Season of the Mask 4: Retcon Alert

NOT the Scariest Halloween of them all!Term: retcon

Stands for: retroactive continuity

Definition a) trying to tie together errant continuity slivers into one narrative to erase nagging questions when writers of a TV series or theatrical franchise went somewhat astray in dropping red herrings over several years/several sequels; b) making sense of total bullshit.

When it was decided to resuscitate the Halloween franchise in 1995, it was decided that Halloween 6: The Curse of Michael Myers would be the ‘final’ effort wherein all the head-scratching issues from prior sequels would be addressed. When the film was released, it had already been overhauled, most notably with a new ending. The reshoots, however, did not reduce the film’s new premise: that Michael Myers was central to a Celtic cult with incestuous practices, and their quest to keep Evil alive on Earth.

Neither the Theatrical Cut (available on DVD) nor the much-discussed Producer’s Cut (archived on YouTube) can be broken down into a simple synopsis because both versions are narrative disasters. The filmmakers tried too hard to make sense of continuity issues that were recklessly introduced (mostly in Part 5) with no foresight or logic. Most franchises use a bible to keep track of things, whereas Halloween's guardians, from Parts 2-6, used something much bolder: whim.

Not even executive producer Moustapha Akkad knew the meaning of ‘the Man in Black’ – not a good sign when the guiding hand of one of the most profitable and beloved franchised was allowing this sacred cow to be bludgeoned to death by really stupid creative decisions.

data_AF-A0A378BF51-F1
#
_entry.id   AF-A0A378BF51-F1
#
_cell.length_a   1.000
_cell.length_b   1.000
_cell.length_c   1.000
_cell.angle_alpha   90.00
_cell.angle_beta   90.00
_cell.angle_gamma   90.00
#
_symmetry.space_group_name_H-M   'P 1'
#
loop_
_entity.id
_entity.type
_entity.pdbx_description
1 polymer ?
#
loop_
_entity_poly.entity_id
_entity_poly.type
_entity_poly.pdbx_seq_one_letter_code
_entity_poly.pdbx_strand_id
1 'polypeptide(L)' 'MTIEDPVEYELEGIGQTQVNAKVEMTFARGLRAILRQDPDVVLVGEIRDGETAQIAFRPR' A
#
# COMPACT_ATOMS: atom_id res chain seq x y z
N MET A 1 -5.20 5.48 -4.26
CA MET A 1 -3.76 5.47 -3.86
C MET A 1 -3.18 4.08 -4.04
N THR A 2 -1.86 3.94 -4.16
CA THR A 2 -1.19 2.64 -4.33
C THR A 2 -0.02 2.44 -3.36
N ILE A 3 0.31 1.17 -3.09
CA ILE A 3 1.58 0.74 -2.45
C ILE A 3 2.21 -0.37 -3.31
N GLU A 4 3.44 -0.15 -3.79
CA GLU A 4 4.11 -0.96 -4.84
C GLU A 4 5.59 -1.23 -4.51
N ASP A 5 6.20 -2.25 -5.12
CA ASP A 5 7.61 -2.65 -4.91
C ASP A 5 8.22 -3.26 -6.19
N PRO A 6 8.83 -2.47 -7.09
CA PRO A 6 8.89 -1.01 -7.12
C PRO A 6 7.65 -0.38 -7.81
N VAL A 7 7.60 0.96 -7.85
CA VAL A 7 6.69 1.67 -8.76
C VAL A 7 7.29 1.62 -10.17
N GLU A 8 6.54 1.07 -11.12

Is it the worst sequel in the franchise?

YES – but here’s the full disclosure: I’m watching the films in the order of their theatrical releases. That means I have yet to savor the fine nuances in Rick Rosenthal’s media satire, Halloween: Resurrection, or see if Rob Zombie’s reboot of the original film adds or violates the purity of John Carpenter and Debra Hill’s original film.

However, those still curious about Part 6, and the chief differences between the Producer and Theatrical versions, should read my review. It’s long and windy, but it’s far easier to spend 200 words on a turkey and apply terms like inept, idiotic, and crapulastic than trace the serious breakdowns where both versions transform the simple concept of a slasher into something hypnotically awful.

So check out the review, and if you manage to stick through to the end, there’s some helpful links worth investigating, including a pair of candid interviews with screenwriter Daniel Farrands, who later went on to direct the chilling Amityville documentaries that are part of MGM’s Amityville 1 thru 3 boxed set, and more recently co-write the terrifying adaptation of Jack Ketchum’s The Girl Next Door.

Now that's a killer movie.



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